The effect of reduced levels of free Ub has also been extensively investigated in mouse models. In Ubb knockout (KO) mice, early-onset reactive gliosis and adult-onset neurodegeneration are observed in the hypothalamic region, but the locus coeruleus, another brain region expressing high levels of Ubb, is not affected. This discrepancy may be due to differences between these two brain regions. In the hypothalamic region, free Ub levels are significantly lower in Ubb KO mice than in wild-type mice. However, in the locus coeruleus region, free Ub levels do not differ between wild-type and Ubb KO mice, although Ub conjugate levels are reduced in Ubb KO mice (Park et al., 2012). Moreover, based on primary cultures derived from Ubb KO embryonic brains, abnormal differentiation of neural stem cells is observed when free Ub levels are reduced (Ryu et al., 2014), and these phenotypes are reversed by ectopic expression of Ub. By providing exogenous Ub using lentivirus-mediated delivery, reduced free Ub levels can be restored and neuronal phenotype can be improved.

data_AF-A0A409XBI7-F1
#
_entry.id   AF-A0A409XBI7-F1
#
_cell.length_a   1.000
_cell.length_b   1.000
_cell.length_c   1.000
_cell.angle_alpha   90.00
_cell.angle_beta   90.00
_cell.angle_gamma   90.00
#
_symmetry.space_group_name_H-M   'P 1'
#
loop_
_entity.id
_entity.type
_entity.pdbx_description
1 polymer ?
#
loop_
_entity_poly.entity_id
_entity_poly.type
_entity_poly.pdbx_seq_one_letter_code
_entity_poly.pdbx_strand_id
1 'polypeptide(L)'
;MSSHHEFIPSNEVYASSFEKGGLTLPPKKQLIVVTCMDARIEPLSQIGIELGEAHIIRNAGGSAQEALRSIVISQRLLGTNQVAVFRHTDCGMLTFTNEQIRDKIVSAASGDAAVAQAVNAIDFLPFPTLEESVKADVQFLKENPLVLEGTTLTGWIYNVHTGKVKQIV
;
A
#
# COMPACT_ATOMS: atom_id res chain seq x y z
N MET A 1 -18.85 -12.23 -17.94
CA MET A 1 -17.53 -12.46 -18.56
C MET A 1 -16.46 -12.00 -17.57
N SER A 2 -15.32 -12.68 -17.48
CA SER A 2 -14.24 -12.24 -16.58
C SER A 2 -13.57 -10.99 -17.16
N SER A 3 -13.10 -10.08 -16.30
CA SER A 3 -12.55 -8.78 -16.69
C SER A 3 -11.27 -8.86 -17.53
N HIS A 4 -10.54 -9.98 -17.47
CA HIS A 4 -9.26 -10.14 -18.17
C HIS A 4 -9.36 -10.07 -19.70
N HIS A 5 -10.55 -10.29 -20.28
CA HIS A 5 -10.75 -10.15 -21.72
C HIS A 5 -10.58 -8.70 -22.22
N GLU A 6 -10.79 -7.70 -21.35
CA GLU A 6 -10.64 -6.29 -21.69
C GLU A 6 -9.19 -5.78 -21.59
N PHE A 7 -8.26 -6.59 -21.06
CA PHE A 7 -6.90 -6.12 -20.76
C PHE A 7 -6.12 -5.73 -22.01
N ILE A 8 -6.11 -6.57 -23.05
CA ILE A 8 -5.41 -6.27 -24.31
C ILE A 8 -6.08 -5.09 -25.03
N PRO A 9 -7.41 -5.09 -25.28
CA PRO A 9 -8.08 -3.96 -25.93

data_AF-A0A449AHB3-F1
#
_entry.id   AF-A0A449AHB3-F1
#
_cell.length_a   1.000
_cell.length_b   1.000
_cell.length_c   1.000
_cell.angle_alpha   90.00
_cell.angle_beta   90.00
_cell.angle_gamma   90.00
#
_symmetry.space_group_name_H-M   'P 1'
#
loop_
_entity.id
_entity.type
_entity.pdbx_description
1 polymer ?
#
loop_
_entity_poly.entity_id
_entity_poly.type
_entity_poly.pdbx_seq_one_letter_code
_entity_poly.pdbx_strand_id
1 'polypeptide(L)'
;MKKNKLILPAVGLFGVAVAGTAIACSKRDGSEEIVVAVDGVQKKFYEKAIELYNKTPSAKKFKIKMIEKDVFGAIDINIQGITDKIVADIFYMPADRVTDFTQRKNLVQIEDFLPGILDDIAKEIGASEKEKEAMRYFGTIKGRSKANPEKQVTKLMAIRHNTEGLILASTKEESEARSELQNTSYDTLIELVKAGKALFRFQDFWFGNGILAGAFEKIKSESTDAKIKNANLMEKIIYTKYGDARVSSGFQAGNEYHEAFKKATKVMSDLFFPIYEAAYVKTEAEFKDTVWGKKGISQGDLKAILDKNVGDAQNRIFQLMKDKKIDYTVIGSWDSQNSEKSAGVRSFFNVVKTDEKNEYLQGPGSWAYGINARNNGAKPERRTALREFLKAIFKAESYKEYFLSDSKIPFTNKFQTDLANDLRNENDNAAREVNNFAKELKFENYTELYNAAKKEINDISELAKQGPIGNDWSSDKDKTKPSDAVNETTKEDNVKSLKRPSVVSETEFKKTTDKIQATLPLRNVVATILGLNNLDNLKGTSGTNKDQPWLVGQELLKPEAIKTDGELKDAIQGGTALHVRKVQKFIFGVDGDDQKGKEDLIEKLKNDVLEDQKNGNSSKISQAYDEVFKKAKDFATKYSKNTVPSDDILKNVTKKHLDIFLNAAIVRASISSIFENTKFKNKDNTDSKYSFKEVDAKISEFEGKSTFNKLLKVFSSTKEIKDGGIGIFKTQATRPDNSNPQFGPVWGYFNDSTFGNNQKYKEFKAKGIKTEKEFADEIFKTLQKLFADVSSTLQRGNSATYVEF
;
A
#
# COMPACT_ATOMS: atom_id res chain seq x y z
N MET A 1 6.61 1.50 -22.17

Reduced free Ub levels are also observed in Ubc KO mouse embryonic fibroblasts (MEFs). In Ubc KO MEFs, cellular viability is significantly reduced under oxidative stress conditions (Kim et al., 2015). Nuclear factor erythroid 2-related factor 2 (Nrf2), which is the major cellular transcription factor protecting against oxidative stress, is polyubiquitinated via Kelch-like ECH-associated protein 1 (Keap1) and degraded by the proteasome under normal conditions. However, under oxidative stress conditions, it is stabilized and translocates into the nucleus to upregulate antioxidant genes. Although regulation of the Nrf2-Keap1 pathway is almost intact in Ubc KO MEFs, reduced levels of free Ub cause the inefficient polyubiquitination and degradation of misfolded protein aggregates, which accumulate as large aggregates, causing toxicity to cells. Therefore, reduced levels of free Ub may be closely related to the increased formation of misfolded proteins. When polyQ-expanded aggregates (Q103) are ectopically expressed in cells, they form inclusion bodies at the juxtanuclear region (Bae and Ryu, 2018). In Ubc KO MEFs, an increased accumulation of Q103 aggregates is observed due to delayed clearance by autophagy. Therefore, reduced free Ub levels in Ubc KO MEFs seem to impair autophagic flux as well as proteasome activity. Based on these data, reduced free Ub levels may adversely affect neurodegenerative diseases through the impairment of both autophagic and proteasomal functions.